By Chandrama Anderson
Premarital and Couples: Emotional ForensicsUploaded: Dec 24, 2020
If you've watched a crime show or read a mystery, you know the investigator looks at the crime and then works his or her way back to figure out what happened, and thereby solve the crime.
I am suggesting that you do emotional forensics on yourself (and not on your partner -- let him or her do it for him or herself) to improve your relationship, and really, to improve your life.
If you are in fight, flight, or freeze (i.e., angry, frustrated, wanting to get out of there, avoiding, frozen, still, or so on), then you are having a biologically driven emotional reaction to something -- and are likely to behave in ways that are not helpful to your relationship.
But how does this happen? And what can you do about it?
What happened is due to the evolution of your brain. Your brain has three parts:
1. The "reptile" brain is the first that developed in humans. It's job is to make sure we breathe, eat and sleep.
2. The limbic, or emotional brain is the second brain to develop. It is what drives fight, flight, and freeze reactions. It is the brain that has made us survive as a species. It's only job is to ask, "Am I safe? Am I going to live or am I going to die?" This brain reacts in 1/200th of a second, and allows you to step back onto the curb when a car is coming. You need your limbic brain.
It is also the area that is partially responsible for creating implicit memory; memory such as how to ride a bike, and stores what happened to you growing up -- even if you can't remember and tell it. In contrast, explicit memory is stored in another part of the brain. Explicit memory allows you to tell a funny story; it's accessible data. (Memory is another topic, outside the scope of this blog.)
The emotional brain does not know time (i.e., I am eight years old or 30 or 50, or it's 2021 or 1990). So when your partner says or does something, or you notice his or her body language, your limbic brain may be triggered into having a "safety" reaction that may or may not be equal to what just happened, and likely informed by implicit memories.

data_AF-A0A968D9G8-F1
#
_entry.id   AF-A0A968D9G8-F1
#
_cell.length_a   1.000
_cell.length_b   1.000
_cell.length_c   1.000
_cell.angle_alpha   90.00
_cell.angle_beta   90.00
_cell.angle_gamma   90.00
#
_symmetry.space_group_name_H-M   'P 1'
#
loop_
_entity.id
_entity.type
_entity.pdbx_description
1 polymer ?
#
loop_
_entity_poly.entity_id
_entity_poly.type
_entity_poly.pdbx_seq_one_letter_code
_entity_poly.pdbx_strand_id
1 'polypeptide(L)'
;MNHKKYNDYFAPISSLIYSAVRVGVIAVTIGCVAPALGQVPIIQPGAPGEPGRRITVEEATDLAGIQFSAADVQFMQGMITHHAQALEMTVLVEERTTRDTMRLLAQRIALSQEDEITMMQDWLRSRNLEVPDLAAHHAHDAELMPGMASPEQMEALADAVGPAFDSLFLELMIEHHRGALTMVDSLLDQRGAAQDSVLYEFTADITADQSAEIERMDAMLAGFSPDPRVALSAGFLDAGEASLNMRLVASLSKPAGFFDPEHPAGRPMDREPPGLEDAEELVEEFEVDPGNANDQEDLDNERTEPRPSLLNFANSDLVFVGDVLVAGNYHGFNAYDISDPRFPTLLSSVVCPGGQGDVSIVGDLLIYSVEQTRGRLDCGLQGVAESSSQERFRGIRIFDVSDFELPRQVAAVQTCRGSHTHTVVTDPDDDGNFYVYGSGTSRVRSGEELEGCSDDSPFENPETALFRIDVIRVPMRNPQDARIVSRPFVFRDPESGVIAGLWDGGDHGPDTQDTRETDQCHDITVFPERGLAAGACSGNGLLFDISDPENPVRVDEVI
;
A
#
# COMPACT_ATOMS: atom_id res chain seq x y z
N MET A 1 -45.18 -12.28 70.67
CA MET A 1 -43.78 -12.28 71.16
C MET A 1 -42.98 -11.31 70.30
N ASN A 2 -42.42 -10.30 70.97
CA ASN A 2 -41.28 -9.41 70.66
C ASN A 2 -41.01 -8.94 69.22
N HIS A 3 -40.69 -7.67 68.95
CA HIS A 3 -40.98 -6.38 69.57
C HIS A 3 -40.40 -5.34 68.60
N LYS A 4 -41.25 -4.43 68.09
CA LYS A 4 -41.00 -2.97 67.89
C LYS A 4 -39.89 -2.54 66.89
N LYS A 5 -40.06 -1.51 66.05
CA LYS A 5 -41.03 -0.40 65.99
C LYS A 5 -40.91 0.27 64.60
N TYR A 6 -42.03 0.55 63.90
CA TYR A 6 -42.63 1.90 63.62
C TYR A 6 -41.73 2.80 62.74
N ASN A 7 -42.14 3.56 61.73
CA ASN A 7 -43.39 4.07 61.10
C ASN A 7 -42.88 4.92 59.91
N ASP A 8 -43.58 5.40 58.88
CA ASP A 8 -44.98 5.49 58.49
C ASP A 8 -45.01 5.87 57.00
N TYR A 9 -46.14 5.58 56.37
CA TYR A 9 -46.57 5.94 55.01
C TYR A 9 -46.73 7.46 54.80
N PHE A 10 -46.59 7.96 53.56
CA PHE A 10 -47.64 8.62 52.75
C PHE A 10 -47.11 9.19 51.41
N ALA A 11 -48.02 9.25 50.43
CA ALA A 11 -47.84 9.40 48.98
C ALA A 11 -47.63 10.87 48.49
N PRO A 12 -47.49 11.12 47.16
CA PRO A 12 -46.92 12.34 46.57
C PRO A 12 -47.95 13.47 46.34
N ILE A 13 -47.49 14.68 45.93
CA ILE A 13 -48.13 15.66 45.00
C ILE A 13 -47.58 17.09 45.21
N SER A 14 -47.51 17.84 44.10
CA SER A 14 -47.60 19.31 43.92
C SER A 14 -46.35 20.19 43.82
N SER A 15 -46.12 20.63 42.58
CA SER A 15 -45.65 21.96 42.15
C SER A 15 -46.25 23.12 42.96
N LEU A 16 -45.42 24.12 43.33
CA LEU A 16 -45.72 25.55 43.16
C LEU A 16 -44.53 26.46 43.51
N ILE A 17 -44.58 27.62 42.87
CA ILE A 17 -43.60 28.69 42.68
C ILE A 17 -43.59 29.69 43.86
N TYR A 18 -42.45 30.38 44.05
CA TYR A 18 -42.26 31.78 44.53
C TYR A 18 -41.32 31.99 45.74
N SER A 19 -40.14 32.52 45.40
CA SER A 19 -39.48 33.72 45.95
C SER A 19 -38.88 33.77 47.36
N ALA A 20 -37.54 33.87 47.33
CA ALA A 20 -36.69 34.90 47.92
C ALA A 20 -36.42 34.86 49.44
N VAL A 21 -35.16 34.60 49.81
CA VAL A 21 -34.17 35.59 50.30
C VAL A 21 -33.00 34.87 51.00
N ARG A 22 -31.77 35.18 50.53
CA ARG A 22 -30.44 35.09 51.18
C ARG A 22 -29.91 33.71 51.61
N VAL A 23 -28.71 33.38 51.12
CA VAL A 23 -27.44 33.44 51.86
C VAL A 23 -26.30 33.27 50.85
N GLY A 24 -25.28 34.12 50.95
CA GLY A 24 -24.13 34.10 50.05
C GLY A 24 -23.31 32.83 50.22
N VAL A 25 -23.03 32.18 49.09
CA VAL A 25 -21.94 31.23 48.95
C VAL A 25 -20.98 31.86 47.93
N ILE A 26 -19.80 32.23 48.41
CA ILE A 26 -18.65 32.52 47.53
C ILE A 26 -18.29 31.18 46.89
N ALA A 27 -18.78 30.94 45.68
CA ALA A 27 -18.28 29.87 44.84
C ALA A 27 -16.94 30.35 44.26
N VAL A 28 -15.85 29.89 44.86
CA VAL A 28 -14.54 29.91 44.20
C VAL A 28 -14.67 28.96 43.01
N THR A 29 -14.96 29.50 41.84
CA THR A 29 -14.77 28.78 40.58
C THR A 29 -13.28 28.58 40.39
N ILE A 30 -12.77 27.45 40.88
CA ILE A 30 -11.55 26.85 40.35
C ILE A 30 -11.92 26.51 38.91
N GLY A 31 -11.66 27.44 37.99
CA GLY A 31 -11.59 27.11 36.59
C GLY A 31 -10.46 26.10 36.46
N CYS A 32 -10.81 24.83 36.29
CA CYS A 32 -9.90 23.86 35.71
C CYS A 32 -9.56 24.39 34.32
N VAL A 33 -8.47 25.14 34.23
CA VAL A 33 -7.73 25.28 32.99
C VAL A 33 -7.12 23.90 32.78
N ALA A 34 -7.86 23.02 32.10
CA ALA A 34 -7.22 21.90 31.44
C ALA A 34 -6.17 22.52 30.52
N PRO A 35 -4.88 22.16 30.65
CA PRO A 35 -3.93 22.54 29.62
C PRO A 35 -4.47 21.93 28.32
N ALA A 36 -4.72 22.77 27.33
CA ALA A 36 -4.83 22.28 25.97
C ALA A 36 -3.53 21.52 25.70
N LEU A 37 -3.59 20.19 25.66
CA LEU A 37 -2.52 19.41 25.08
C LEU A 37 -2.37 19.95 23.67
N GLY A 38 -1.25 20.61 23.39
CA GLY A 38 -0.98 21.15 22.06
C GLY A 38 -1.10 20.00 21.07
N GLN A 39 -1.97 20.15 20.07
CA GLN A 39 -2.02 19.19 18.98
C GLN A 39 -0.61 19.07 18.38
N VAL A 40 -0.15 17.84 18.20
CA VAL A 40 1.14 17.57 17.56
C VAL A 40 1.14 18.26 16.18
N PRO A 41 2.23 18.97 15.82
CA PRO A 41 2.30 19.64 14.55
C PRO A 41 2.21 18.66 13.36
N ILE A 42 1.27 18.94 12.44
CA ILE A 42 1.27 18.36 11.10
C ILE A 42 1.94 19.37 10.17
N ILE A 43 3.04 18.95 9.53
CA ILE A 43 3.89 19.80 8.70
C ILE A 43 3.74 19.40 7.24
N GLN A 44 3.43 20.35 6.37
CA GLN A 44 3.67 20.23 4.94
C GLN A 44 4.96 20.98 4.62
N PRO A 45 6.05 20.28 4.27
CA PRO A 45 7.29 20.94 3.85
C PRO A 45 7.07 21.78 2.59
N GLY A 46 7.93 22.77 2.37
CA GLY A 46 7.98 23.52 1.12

This is where reactions come from -- biologically you go to fight, flight, or freeze.
3. The cortical brain is the last brain to evolve, and is our conscious, thinking, logical brain. This is the brain that can respond (vs. react) to what just happened between you and your partner.
Unfortunately, your emotional brain beat you there. And it will continue to do so.
Okay, this explains the question of what happened. So what can you do about it?
This is where the emotional forensics comes into play. The main goal is to calm your system (body and mind) so you are able to respond (vs. react).
You find yourself in fight, flight, or freeze.
Remind yourself: "Oh, I'm having a limbic reaction." Your task is to breathe deeply, and keep your lips zipped (until you can say, "I'm having a limbic moment").
Next, relax. Look around and notice what you see, hear, and smell in minute detail. For example, "I can hear a crow calling. I hear the Caltrain going by. I see the photo of so-and-so on the wall that is painted grey. I see my cat sleeping on the blue chair, and his breath is moving his belly up and down. I can smell coffee, and a flower; I'm not sure what kind it is."
Notice your body, your breathing, let your shoulders drop, relax your jaw and behind your eyes . . .
During this time you have been taking care of yourself, rather than reacting to your partner.
Maybe you two can now have a useful conversation. If one of you has had your heart rate go over 95, then take 20-30 minutes to let your physiology settle down.
The key is to come back after the 20 minutes and try your conversation again. Don't just disappear. Don't sweep it under the rug. Neither of you will ultimately feel safe if the issue is not addressed. If you don't address the issue, you may begin another limbic/emotional reaction by a move that is intended to calm you but leaves your partner feeling avoided.
There are early warning signs of an impending emotional reaction, usually in your body (e.g., change in breathing, clenching fists, jaw, legs, a feeling in your belly). What is your warning from your body?
As you learn to slow things down, you can recognize your body's early warning system, and ask for a break from a discussion BEFORE your limbic system triggers. There will be a lot less emotional clean-up in your life, and you will be happier.
Support each other in your emotional forensics. Thank one another for slowing down and learning how to have better interactions on emotional topics.
See other blogs of mine about how to have good conversations.